A Drop in Murders




  • In US
  • 2022-08-08 12:44:22Z
  • By The New York Times
A Drop in Murders
A Drop in Murders  

Crime, murder and mass shootings have dominated headlines this year. Just over the weekend, a shooting in Cincinnati wounded nine people, and another in Detroit killed one and wounded four.

But the full crime data tells a different story. Nationwide, shootings are down 4% this year compared to the same time last year. In big cities, murders are down 3%. If the decrease in murders continues for the rest of 2022, it will be the first year since 2018 in which they fell in the U.S.

The declines are small. But they are welcome news after two years of large increases left the murder rate nearly 40% higher than it had been.

"I would say I have a heavily guarded optimism," said Richard Rosenfeld, a criminologist at the University of Missouri-St. Louis.

One reason for hope: The likely causes of the spike in murders in 2020 and 2021 are receding.

Disruptions related to COVID-19 probably led to more murders and shootings by shutting down social services, which had kept people safe, and closing schools, which left many teens idle. But the U.S. has opened back up, which will likely help reverse the effects of the last two years on violent crime.

The aftermath of George Floyd's murder in 2020 also likely caused more violence, straining police-community relations and diminishing the effectiveness of law enforcement. That effect, too, has eased as public attention has shifted away from high-profile episodes of police brutality. A similar trend played out before: After protests over policing erupted between 2014 and 2016, murders increased for two years and then fell.

2020 was a chaotic year overall, with COVID-19, protests about police and a presidential election. This turmoil fostered social discord and anomie, which also could contribute to murders: As people lose trust in each other and their institutions, they are more likely to lash out in crime and violence. As the chaos recedes, the violence may be receding as well.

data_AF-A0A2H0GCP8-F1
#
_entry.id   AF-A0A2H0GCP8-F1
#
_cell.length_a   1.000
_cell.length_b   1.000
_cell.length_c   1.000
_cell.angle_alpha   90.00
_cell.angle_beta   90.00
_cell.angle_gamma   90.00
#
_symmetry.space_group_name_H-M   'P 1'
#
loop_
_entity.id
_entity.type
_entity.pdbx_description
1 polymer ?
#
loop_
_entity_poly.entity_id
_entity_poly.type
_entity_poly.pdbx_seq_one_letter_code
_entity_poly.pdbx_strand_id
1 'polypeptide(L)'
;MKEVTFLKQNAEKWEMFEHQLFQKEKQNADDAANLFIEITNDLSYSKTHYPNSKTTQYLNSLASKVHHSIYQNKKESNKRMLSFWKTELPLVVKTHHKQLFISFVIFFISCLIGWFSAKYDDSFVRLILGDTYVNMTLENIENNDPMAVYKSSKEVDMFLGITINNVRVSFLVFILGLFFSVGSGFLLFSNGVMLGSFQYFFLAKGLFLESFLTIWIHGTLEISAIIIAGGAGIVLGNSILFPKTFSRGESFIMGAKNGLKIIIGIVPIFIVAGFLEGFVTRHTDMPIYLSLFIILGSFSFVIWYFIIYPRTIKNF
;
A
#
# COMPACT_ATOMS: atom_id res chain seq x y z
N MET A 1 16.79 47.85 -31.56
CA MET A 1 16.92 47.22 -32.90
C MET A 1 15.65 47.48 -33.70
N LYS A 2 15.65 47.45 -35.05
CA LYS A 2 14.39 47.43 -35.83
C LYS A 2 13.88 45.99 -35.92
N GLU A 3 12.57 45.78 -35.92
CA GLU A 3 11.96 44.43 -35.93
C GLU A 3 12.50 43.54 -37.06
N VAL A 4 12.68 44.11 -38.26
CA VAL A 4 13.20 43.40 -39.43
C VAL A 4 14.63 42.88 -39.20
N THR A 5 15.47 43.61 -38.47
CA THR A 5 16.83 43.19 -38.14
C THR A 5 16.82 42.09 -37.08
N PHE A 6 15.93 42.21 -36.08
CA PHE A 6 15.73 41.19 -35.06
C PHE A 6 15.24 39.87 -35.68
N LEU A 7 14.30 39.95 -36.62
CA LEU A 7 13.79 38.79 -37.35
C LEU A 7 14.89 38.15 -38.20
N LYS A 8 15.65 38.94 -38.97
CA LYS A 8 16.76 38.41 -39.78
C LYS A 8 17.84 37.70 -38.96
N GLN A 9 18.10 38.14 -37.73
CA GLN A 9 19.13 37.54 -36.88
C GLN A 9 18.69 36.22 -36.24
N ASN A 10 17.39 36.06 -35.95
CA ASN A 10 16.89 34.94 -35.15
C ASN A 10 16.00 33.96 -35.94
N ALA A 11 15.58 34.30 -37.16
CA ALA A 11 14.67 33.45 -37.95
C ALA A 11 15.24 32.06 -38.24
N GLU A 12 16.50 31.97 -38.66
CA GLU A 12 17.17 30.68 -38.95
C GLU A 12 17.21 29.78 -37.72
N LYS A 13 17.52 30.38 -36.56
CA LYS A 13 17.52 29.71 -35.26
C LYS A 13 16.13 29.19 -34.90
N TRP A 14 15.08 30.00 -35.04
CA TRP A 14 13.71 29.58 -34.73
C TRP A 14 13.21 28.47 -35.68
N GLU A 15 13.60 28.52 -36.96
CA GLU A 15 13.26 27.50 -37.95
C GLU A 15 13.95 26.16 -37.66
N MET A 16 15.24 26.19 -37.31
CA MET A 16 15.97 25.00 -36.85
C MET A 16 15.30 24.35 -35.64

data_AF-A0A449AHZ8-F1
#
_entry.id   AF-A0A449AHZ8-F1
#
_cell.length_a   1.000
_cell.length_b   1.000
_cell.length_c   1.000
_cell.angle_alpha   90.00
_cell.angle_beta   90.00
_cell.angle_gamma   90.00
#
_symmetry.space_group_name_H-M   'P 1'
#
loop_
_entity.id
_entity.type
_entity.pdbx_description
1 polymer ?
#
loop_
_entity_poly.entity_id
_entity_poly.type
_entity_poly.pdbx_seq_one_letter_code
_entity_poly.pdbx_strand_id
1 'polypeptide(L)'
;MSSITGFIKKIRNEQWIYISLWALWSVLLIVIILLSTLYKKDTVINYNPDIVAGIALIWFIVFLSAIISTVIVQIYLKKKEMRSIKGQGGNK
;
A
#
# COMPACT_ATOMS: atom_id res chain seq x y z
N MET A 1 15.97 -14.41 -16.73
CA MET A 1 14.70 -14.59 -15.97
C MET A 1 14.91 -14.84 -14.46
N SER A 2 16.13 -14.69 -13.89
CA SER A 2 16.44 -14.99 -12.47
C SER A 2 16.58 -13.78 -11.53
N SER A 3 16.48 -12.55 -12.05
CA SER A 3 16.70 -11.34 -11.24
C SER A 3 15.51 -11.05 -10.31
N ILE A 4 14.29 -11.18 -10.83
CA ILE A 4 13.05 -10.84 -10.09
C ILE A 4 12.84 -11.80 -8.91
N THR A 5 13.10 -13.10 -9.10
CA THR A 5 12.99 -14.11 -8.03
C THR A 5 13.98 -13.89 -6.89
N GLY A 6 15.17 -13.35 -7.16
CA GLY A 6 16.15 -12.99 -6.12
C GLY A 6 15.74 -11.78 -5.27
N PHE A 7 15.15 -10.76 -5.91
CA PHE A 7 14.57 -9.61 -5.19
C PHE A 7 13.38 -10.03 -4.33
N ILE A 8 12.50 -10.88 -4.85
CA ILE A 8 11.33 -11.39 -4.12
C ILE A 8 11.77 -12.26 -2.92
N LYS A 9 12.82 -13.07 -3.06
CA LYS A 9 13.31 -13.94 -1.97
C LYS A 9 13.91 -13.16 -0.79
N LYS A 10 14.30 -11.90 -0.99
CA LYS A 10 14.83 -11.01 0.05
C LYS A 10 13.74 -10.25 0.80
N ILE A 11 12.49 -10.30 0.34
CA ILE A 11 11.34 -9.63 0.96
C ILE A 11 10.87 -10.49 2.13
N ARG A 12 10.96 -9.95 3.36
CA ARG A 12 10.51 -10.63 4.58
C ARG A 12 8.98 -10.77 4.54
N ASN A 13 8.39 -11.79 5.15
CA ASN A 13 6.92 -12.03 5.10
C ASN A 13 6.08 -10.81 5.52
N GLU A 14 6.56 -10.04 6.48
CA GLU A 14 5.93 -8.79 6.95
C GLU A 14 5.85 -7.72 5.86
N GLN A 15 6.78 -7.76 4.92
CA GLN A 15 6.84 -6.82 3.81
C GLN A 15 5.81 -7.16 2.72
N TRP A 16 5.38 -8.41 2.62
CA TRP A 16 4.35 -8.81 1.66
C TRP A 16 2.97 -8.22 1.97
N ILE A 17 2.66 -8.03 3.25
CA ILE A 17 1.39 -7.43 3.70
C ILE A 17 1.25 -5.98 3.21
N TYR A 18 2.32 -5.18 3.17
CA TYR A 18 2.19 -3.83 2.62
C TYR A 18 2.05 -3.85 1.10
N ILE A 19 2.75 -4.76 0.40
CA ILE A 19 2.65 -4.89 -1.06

This kind of good news rarely goes reported - an example of what my colleague David Leonhardt has called the media's bad news bias. In 2022, bad news bias has left many Americans thinking that violent crime is worse this year when it ultimately may not be. And this bias has skewed public perceptions of crime and violence in the past, too.

Bad News Bias

When the media reports on crime, it almost always focuses on grim stories. A recent analysis by Bloomberg found that headlines about shootings in New York City recently increased while the actual number of shootings remained relatively flat. The old cliché here is that if it bleeds, it leads.

The constant stream of bad news is one reason, experts say, that Americans consistently say crime is getting worse when it is not. Between the 1990s and 2014, crime - including violent crime and murders - fell more than 50% across the U.S. Yet for most of that time, a majority of Americans told Gallup that crime was up compared with the year before.

The bad news bias potentially leaves Americans more scared for their safety than they should be. It also may drive more people to believe that punitive criminal justice policies are needed, or that reforms are increasing crime when they are not. In a speech last month, for example, former President Donald Trump recounted several recent murders in grisly detail and called for "tough," "nasty" and "mean" anti-crime policies.

A Balanced View

Experts caution against making too much of the year's trends. The decreases so far are relatively small, and they could end up a blip. Robberies and some property crimes are up in big U.S. cities. And America still has far more gun violence than its peers, largely because of widespread gun ownership.

The murder rate "is still significantly higher than it was two or three years ago," said Jeff Asher, co-founder of AH Datalytics, which tracks U.S. crime data.

But the trend is heading in a good direction. For an accurate view of crime in the U.S., Americans need to hear that.

© 2022 The New York Times Company

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